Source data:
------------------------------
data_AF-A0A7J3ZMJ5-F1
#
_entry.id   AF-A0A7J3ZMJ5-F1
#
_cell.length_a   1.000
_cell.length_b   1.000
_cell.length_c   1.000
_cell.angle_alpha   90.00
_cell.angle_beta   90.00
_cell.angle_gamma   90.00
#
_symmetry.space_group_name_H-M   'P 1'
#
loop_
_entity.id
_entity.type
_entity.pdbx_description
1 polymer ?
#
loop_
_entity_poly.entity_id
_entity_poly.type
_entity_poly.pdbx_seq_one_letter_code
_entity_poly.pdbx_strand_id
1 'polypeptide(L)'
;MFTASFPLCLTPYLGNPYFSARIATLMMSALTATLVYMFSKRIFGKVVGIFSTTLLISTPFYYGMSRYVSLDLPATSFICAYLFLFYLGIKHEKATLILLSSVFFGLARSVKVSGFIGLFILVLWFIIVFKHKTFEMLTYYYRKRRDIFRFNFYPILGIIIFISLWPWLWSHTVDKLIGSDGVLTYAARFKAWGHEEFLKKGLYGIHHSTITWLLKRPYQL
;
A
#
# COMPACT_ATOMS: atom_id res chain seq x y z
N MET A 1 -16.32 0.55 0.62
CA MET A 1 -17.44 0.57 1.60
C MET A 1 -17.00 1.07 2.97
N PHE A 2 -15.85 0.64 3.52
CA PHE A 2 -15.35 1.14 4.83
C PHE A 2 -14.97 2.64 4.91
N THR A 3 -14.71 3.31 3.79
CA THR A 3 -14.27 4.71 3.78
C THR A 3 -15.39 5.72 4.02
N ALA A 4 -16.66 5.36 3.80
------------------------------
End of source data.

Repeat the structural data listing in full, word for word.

data_AF-A0A7J3ZMJ5-F1
#
_entry.id   AF-A0A7J3ZMJ5-F1
#
_cell.length_a   1.000
_cell.length_b   1.000
_cell.length_c   1.000
_cell.angle_alpha   90.00
_cell.angle_beta   90.00
_cell.angle_gamma   90.00
#
_symmetry.space_group_name_H-M   'P 1'
#
loop_
_entity.id
_entity.type
_entity.pdbx_description
1 polymer ?
#
loop_
_entity_poly.entity_id
_entity_poly.type
_entity_poly.pdbx_seq_one_letter_code
_entity_poly.pdbx_strand_id
1 'polypeptide(L)'
;MFTASFPLCLTPYLGNPYFSARIATLMMSALTATLVYMFSKRIFGKVVGIFSTTLLISTPFYYGMSRYVSLDLPATSFICAYLFLFYLGIKHEKATLILLSSVFFGLARSVKVSGFIGLFILVLWFIIVFKHKTFEMLTYYYRKRRDIFRFNFYPILGIIIFISLWPWLWSHTVDKLIGSDGVLTYAARFKAWGHEEFLKKGLYGIHHSTITWLLKRPYQL
;
A
#
# COMPACT_ATOMS: atom_id res chain seq x y z
N MET A 1 -16.32 0.55 0.62
CA MET A 1 -17.44 0.57 1.60
C MET A 1 -17.00 1.07 2.97
N PHE A 2 -15.85 0.64 3.52
CA PHE A 2 -15.35 1.14 4.83
C PHE A 2 -14.97 2.64 4.91
N THR A 3 -14.71 3.31 3.79
CA THR A 3 -14.27 4.71 3.78
C THR A 3 -15.39 5.72 4.02
N ALA A 4 -16.66 5.36 3.80